Constitutional Law

"It would be a giant leap for the Supreme Court to say that a decision to buy or not to buy is tantamount to activity"

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The Wall Street Journal's Janet Adamy reports from today's hearings in Pensacola in the ObamaCare challenge filed by Florida and 19 other states. As she notes, federal Judge Roger Vinson "signaled he's sympathetic to the plaintiffs' argument":

The plaintiffs, a group of mostly Republican governors and attorneys general, contended that requiring Americans to carry insurance is beyond the federal government's power under the Constitution's commerce clause. They say failing to buy insurance is "inactivity," not "activity" that can be regulated by Congress.

Judge Vinson signaled he saw the requirement as unprecedented and a potential imposition on Americans' individual liberties.

"It would be a giant leap for the Supreme Court to say that a decision to buy or not to buy is tantamount to activity," he said.

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  1. To buy or not to buy – that is the question…

    1. “There are more things in heaven and Earth, Pelosi, than are dreamt of in your philosophy.”

      more clever plagiarism at http://www.manifstliberty.com

  2. Activity/inactivity is a thin reed to hang the argument on. It looks like the specious distinctions that the Supreme Court eliminated in other areas of the law in the early 20th century. Under the “substantial effect” doctrine, I don’t see how growing weed in your backyard is Interstate Commerce and refusing to buy health insurance isn’t.

    1. So, do I understand correctly that you are refusing to grow weed in your backyard?

    2. If a person were, say, a writer, and chose not to write, could that be considered an economic activity? Could the government then pass a law requiring all writers to write?

      1. If a person chose not to write, then they wouldn’t be a writer, now would they?

        You’ve got to get up pretty early …

        1. If a taxpayer chooses not to pay taxes then they…?

          1. Is it still writing if the subject and object doesn’t agrees in number?

            1. Subject and predicates, that is.

    3. What if I didn’t grow weed, would that be economic activity?

      1. Only if the government paid you not to grow weed.

  3. It would be a giant an historic leap for the Supreme Court to say that a decision to buy or not to buy is tantamount to activity

    FTFY

    1. Couldn’t fit an unprecedented in there as well?

      1. Nah. When you’re Barack Obama, good things that you do are “historic.” Bad things that are done to you (e.g., having to deal with a recession that began before you were president) are “unprecedented.”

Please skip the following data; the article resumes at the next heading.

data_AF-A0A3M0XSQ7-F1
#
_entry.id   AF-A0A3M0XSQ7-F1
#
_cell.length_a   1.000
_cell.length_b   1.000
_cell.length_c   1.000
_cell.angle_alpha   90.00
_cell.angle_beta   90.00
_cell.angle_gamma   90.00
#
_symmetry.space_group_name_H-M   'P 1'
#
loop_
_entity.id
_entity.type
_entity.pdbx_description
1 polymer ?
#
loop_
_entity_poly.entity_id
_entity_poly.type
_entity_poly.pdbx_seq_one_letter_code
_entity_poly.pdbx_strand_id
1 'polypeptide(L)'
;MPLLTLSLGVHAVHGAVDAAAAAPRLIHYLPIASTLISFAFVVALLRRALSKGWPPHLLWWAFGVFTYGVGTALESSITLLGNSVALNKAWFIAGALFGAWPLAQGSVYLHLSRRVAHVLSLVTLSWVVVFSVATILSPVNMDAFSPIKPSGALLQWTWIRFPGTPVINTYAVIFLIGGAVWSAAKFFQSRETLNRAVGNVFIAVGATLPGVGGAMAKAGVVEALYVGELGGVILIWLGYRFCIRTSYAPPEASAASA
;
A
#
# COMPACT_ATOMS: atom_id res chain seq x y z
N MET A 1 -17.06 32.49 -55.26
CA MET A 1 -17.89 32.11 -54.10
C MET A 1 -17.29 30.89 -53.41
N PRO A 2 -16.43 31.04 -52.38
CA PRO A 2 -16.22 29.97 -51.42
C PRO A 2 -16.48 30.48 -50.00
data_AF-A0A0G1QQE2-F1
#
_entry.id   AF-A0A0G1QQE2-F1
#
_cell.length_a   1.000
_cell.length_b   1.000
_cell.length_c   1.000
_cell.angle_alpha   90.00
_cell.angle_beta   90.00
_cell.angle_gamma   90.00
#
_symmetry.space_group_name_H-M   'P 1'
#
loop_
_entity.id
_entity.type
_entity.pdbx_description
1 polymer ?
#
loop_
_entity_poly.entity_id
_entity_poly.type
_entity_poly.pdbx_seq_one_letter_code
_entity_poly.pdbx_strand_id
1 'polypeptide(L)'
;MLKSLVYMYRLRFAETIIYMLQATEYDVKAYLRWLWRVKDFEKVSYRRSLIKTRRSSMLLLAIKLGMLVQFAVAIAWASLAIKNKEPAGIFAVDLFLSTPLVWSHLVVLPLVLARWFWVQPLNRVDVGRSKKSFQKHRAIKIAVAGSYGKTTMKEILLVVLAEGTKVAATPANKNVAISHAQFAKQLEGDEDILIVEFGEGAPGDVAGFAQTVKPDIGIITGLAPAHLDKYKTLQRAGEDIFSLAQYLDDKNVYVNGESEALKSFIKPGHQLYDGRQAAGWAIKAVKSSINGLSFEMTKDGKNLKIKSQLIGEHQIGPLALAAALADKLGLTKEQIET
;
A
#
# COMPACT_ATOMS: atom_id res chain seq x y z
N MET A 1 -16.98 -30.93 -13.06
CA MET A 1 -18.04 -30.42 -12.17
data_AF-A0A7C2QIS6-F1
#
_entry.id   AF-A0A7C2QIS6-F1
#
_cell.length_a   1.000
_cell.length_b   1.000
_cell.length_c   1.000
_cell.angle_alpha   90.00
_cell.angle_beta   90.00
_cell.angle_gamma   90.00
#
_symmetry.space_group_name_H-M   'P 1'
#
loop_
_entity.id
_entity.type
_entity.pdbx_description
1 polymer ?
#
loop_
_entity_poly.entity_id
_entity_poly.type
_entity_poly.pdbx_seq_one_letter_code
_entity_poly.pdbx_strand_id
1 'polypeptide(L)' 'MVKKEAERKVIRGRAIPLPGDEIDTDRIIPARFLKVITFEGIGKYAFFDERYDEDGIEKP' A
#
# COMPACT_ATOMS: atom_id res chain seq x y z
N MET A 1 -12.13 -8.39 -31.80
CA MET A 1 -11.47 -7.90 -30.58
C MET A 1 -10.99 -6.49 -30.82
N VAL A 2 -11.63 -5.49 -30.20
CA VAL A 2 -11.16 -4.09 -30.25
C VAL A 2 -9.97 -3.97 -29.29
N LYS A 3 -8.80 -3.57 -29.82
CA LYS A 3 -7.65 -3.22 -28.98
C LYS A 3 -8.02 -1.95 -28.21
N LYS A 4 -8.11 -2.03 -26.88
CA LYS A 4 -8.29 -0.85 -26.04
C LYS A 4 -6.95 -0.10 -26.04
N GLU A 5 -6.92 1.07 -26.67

2. It would be an a historic leap

      FTFY.

      (We don’t do the whole “an historic” thing anymore, Barack, despite what your 60-year-old English teacher told you in 1975.)

  4. It’s not about activity vs. inactivity. It’s about economic activity vs. all other activities.

    1. Then the opposition is sunk, because while inactivity might not fall under Lopez and Morrison, buying health care seems to certainly be an economic decision…The only logical distinction under current precedent for the opposition to rest on is that inactivity is a fundamental distinguishing element.

      I don’t buy it because I think in Wickard and Raich what was going on was the same thing at issue here: inactivity in certain interstate markets (wheat, pot and insurance).

      1. No, it wasn’t that. Wickard and Raich were both in violation for growing something, not for not growing something.

      2. I doubt the Republican opposition would use an original intent argument. It might not even be strategically advantageous to do so, if one only cares about doing away with the individual mandate. Then a later case could still correct the current precedents.

      3. MNG|12.16.10 @ 5:14PM|#
        “…buying health care seems to certainly be an economic decision…”
        So’s choosing to sleep and extra hour and losing the income. So?

        1. …so Congress can tell you to get out of bed and get to work.

          I’ve asked this several times, and I have yet to receive an answer: may Congress, through its Commerce Clause power, establish and enforce National Bedtime?